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Posted 23 Jun 2022


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Bring your own dataset and retrain a TensorFlow model with OpenVINO™ toolkit

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23 Jun 2022CPOL3 min read
In this article we look at how to modify the OpenVINO™ Notebooks repo on GitHub, retrain the same model but with a different dataset.

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Machine learning requires us to have existing data — not the data our application will use when we run it, but data to learn from. You need a lot of real data, in fact, the more the better. The more examples you provide, the better the computer should be able to learn. It’s the most crucial aspect that makes algorithm training possible and explains why machine learning became so popular in recent years.

The OpenVINO™ Notebooks repo on GitHub is a collection of ready-to-run Jupyter Notebooks, for learning and experimenting with the OpenVINO™ toolkit. The notebooks provide an introduction to OpenVINO™ basics and teach developers how to leverage our APIs for optimized deep learning inference. One of the examples is a notebook titled 301-tensorflow-training-openvino.ipynb, where you can train a model using TensorFlow*, and then run it in both the native TensorFlow and then using the OpenVINO™ Toolkit. It demonstrates an end-to-end deep learning training tutorial which borrows the open source code from the TensorFlow image classification tutorial, demonstrating how to train the model and then convert to OpenVINO™ Intermediate Representation (IR). It leverages the tf_flowers dataset which includes about 3,700 photos of flowers.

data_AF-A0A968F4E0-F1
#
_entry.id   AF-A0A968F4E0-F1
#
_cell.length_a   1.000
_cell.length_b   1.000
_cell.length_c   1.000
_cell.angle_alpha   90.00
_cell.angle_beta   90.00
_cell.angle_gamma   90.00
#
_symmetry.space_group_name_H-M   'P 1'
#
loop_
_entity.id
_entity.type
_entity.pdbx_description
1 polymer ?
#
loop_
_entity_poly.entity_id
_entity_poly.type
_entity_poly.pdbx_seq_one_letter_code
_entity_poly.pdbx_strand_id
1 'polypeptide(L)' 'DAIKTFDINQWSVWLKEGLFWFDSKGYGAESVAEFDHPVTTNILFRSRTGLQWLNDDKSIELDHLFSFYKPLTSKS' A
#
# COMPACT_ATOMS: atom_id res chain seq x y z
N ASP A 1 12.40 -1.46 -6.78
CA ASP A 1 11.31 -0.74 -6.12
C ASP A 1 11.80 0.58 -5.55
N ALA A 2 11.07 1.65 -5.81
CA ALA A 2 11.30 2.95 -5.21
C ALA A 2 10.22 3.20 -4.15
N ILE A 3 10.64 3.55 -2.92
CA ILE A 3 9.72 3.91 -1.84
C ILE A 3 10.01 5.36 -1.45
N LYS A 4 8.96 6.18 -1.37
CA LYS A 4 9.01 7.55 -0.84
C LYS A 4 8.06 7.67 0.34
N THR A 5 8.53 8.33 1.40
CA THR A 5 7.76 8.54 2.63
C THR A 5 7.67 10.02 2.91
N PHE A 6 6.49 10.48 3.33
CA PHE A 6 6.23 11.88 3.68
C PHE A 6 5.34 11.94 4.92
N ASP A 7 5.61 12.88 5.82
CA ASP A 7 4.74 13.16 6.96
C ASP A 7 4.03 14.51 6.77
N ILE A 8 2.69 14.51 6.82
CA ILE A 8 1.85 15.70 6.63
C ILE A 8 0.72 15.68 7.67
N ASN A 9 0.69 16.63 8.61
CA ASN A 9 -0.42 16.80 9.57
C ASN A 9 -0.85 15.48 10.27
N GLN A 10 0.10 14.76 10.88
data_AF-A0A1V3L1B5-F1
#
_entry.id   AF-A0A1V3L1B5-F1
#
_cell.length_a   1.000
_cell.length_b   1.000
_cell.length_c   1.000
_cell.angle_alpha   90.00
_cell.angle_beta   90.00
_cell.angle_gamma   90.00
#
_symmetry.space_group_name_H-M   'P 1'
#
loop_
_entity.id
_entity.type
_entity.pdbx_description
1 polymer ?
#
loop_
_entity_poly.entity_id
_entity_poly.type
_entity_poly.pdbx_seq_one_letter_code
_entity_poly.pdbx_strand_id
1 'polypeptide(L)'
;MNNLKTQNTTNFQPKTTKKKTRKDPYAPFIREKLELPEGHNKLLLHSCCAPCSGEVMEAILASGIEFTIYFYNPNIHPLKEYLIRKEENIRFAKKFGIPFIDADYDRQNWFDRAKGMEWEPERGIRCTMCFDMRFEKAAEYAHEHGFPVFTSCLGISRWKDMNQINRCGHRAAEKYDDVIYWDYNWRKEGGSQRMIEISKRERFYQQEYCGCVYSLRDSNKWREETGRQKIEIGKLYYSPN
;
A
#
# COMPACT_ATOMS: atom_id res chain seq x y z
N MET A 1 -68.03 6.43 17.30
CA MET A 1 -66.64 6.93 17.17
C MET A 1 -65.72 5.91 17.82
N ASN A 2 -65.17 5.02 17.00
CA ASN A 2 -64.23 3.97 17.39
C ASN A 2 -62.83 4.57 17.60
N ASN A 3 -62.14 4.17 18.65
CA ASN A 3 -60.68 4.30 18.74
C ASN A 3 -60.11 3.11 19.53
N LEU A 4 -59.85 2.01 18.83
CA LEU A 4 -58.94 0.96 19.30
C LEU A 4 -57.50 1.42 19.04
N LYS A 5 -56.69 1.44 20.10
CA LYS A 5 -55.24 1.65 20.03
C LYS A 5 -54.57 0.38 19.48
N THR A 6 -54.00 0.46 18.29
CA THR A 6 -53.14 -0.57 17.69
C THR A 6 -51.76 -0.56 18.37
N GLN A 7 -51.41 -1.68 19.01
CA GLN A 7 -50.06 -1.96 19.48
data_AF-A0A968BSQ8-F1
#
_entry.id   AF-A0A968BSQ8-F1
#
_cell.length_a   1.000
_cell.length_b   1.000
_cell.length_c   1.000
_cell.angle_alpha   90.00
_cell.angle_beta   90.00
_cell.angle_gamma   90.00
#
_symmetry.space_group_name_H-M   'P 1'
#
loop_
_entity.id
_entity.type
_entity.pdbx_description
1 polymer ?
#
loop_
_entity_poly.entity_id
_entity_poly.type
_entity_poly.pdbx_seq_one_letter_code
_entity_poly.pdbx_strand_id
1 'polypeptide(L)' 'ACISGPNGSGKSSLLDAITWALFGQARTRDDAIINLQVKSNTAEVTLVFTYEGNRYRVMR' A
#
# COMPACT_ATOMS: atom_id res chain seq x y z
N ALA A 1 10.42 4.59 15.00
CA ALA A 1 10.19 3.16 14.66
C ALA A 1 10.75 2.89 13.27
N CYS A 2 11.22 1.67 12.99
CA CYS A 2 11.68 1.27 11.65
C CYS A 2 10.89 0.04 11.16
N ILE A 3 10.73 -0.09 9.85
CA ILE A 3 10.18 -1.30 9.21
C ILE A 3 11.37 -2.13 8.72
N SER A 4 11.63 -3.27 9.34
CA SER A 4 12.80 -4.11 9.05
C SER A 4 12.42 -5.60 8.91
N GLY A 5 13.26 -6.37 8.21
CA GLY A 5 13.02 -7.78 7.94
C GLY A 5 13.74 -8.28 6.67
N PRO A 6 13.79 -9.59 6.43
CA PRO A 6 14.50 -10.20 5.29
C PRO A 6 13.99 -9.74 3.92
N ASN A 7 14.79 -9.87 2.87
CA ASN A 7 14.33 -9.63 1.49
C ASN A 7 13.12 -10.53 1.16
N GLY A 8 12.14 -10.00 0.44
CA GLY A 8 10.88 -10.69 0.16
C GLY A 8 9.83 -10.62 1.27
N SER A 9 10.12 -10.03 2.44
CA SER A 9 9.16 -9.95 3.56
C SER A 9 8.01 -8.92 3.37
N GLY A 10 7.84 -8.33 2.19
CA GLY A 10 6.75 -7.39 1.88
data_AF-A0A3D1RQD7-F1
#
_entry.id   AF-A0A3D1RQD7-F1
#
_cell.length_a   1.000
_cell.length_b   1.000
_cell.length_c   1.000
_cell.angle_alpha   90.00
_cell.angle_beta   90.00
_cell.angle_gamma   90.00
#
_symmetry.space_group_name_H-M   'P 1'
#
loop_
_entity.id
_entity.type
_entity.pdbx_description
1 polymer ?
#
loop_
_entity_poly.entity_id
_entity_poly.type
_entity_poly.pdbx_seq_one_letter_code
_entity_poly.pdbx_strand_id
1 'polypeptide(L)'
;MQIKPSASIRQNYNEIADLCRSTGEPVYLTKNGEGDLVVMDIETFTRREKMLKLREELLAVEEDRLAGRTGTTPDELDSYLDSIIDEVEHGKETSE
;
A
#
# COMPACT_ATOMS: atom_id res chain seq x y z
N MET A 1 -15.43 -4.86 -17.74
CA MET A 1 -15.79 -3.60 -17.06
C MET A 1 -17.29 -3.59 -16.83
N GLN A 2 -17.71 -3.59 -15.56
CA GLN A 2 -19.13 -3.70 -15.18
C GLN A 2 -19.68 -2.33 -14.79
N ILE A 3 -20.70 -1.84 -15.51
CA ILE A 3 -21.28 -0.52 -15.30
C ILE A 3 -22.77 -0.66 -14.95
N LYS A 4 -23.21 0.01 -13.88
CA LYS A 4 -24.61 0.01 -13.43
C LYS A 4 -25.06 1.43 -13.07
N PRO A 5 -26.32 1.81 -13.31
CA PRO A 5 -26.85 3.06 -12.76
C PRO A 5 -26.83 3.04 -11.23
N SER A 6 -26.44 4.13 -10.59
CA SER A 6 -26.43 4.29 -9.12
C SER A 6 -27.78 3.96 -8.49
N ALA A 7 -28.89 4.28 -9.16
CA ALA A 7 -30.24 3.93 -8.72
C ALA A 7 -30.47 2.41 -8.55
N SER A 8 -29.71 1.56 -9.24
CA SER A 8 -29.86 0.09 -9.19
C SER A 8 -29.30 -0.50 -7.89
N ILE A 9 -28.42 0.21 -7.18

But, how to modify this notebook, retrain the same model but with a different dataset. Let’s say, instead of flowers, you want to use fruits dataset, retrain the same model and run inference on this new dataset. What all changes would be required?

Let’s pick an interesting new dataset Fruits-360. It’s a dataset of images containing fruits and vegetables. Unlike the name suggests, it’s not another dataset of 360 fruits, instead is a collection of 131 fruits and vegetables. This dataset was created by mounting these fruits and vegetables on a stick that was rotated 360 degrees, hence the name. Checkout the research paper to understand how these dataset images were post processed and prepared for training and testing purpose.

To set the baseline, launch the existing notebook with a sample from flowers dataset and run inference.

# Pre-process the image and get it ready for inference

inp_img_url = ""

file_path = Path("output")/Path("A_Close_Up_Photo_of_a_Dandelion.jpg")

input_image = pre_process_image(file_path)

# Run inference on the input image

res = compiled_model([input_image])[output_layer]

score = tf.nn.softmax(res[0])

# Show the results

image =


print("This image most likely belongs to {} with a {:.2f} percent confidence.".format(class_names[np.argmax(score)], 100 * np.max(score)))

Here is the classification result for this sample image of a flower:

Image 1

Now, to use the Fruits-360 dataset, there would be some obvious modifications in the Jupyter notebook along with few technical adaptations. This table shows the first level changes required and you will notice that one of most notable differences is about the image size. Fruits-360 dataset consists of images with size 100x100 pixels.

Image 2

Apply all the necessary code changes, run inference on the newly trained model and try classification results on any fruit or vegetable, for e.g. pick Red Potato or Cauliflower images below from the dataset.

Image 3

To know about all the code changes and learn the steps which would be required to accomplish this, take up a free 20-minutes tutorial titled “BYOD- Retrain a Tensorflow Model Using Your Data Set”. It’s hosted on Intel Learning portal where there are tons of courses around AI that you can take. Just sign-up and there’s a complete curriculum for newcomers to OpenVINO™ which is 10 part learning plan, along with many newly launched training courses. Happy learning!



This article, along with any associated source code and files, is licensed under The Code Project Open License (CPOL)


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